“Morfindel has been taken ill,” I replied, watching his eyes carefully for any sign that he knew I was prevaricating. “He lies now in Houses of Healing.”

“Bullshit,” replied Imalad. “I’ve just come from the mortuary. He’s in there. It’s him.”

“I would be grateful if you’d keep that to yourself,” I said sternly. “Nobody is meant to know about it. What did the Inspector of Corpses tell you?”

“Old Megastir? Nothing. Bergil’s had him arrested. But when I heard about it I stole into the mortuary and I found Morfindel there. His body is floating in one of the marble baths. Headless!”

“If it was headless, how did you know it was him?”

Imalad came up and scowled in my face. “When you’ve been as close to somebody as I have to Morfindel, you’d recognise his body anywhere. The same goes for old Megastir. But there’s no way he’s going to tell Bergil that. So Bergil will hold him under lock and key till the world ends.”

I scratched my brow. That hadn’t been my idea at all, when I told Bergil that the Inspector of Corpses was already party to our secret. Whilst he was at liberty Megastir might have made some effort to keep things quiet. With him under arrest, there was now nothing to stop anyone going into the mortuary, as Imalad had just done, and discovering the truth of the matter for themselves. Damn Bergil!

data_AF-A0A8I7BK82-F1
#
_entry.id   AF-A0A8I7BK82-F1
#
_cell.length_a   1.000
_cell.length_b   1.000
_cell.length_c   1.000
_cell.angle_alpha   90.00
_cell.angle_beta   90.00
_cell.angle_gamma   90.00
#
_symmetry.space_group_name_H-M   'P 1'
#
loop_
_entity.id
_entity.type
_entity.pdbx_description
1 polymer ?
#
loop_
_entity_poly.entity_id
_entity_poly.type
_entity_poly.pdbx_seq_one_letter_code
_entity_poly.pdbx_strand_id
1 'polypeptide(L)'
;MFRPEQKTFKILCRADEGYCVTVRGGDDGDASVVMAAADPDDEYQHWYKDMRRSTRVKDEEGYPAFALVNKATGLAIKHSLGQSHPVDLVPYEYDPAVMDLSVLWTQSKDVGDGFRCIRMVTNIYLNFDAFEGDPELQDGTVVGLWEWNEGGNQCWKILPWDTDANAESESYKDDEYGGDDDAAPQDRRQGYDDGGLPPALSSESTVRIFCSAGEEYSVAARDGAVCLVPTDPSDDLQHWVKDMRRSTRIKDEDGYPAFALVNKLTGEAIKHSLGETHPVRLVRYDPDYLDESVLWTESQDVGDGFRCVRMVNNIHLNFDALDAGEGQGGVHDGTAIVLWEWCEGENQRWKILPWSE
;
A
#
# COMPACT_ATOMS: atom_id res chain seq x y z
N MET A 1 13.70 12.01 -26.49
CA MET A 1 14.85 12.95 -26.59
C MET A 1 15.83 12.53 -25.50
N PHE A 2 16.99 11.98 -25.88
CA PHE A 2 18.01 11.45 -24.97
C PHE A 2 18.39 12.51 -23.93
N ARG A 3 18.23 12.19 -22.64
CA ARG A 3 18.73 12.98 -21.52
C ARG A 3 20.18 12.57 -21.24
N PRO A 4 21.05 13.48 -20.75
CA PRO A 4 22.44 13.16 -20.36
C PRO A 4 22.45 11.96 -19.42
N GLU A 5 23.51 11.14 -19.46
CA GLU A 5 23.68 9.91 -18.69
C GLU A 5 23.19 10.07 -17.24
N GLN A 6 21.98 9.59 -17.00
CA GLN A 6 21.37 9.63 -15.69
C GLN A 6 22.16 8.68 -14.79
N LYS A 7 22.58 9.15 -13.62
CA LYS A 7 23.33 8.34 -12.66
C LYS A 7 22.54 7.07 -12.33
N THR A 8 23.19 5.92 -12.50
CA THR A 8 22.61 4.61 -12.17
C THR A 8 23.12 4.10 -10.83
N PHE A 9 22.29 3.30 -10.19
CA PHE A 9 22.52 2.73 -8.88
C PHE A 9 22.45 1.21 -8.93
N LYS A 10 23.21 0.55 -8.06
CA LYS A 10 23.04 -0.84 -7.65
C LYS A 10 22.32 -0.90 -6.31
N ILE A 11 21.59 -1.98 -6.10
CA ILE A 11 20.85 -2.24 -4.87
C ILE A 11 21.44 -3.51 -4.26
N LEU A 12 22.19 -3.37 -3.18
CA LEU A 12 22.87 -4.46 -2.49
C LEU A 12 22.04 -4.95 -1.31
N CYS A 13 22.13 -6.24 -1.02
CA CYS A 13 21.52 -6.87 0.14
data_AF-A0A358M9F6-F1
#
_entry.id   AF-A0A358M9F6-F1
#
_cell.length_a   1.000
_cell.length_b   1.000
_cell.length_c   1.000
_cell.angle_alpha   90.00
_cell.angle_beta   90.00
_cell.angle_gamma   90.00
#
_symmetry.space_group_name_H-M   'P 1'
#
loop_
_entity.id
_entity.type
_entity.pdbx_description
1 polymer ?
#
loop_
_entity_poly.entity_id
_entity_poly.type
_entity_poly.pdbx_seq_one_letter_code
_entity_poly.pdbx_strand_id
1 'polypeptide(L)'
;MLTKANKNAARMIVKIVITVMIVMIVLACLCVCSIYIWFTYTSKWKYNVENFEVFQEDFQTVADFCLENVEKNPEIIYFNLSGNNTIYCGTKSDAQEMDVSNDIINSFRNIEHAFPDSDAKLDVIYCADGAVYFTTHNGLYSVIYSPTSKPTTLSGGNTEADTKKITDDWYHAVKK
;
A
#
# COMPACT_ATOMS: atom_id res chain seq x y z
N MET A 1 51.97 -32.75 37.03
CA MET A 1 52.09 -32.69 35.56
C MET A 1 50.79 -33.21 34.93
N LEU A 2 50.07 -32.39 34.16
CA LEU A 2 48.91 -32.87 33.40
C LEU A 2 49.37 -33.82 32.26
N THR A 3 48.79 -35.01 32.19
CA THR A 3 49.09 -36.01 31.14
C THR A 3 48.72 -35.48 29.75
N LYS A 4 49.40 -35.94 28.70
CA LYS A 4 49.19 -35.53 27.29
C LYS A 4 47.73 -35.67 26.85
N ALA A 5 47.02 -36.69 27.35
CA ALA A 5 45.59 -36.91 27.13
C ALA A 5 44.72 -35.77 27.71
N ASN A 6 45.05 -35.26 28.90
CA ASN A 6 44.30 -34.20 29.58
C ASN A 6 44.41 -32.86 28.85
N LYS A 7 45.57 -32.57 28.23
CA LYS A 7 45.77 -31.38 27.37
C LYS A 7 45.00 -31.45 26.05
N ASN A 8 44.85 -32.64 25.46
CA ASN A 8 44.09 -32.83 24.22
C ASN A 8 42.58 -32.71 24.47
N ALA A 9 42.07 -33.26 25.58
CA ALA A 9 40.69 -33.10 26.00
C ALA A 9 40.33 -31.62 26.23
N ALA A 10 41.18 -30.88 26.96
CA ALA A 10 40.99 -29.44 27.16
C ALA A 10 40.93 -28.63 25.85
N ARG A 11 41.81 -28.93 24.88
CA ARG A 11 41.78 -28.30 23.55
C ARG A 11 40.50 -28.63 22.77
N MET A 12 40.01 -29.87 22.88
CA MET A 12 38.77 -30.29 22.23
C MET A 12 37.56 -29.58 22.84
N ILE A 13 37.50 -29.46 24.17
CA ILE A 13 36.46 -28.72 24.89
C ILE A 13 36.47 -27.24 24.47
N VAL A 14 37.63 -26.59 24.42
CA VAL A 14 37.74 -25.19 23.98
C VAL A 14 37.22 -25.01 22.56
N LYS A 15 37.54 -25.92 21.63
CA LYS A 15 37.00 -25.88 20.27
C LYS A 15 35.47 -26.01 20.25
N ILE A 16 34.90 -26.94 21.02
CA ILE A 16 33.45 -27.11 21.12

That, I reflected ruefully, was the difference between policemen and investigators. Investigators want to leave the suspect at liberty, but have him watched to see where he will lead them. Policemen want to lock him up, for fear of what he may yet do.

“Oh don’t worry,” I said. “I’ll have a word with Bergil. He’s got no business locking Megastir up like that.”

“Oh yes he has,” replied Imalad. “Megastir told me Bergil swore him to secrecy over the whole business. The very fact he’s been telling you and me gives Bergil all the excuse he needs to stick Megastir in prison.”

“Where is he now?”

“In the dungeons of the Citadel. We could go and visit him, I suppose.”

“We’ll do better than that. When we leave here, let’s you and I go and see Bergil and thump his desk. If necessary I’ll stand bail for Megastir. If it’s even more necessary, I shall go to the King and tell him that Bergil’s hampering my investigations. Bergil needs me more than I need him.”

Imalad’s face brightened visibly.

I looked him in the eye. “The way you’re talking I’d say that Megastir was a good friend of yours—and Morfindel’s. And more than just a good friend. Good enough to recognise his naked body. Even when there is no face to go by.”

With all the innocence of youth, Imalad warmly agreed. “Oh, yes! Morfindel and I often used to go round to the mortuary at the end of the day and have fun and games among the bodies. We’d get undressed and lie on the slab and pretend to dissect each other. Old Megastir is a fund of knowledge! Living or dead, there isn’t much he doesn’t know about bodies.”

“Good thing,” I observed, “that your father is far away on the other side of the Misty Mountains.”

“What’s the matter? It’s all part of a young boy’s education!”

(That’s what I mean about muck. I don’t go looking for it. It just seems to find me.)

“And anyway,” added Imalad, “wouldn’t you recognise his naked body?”

“What you mean by that?”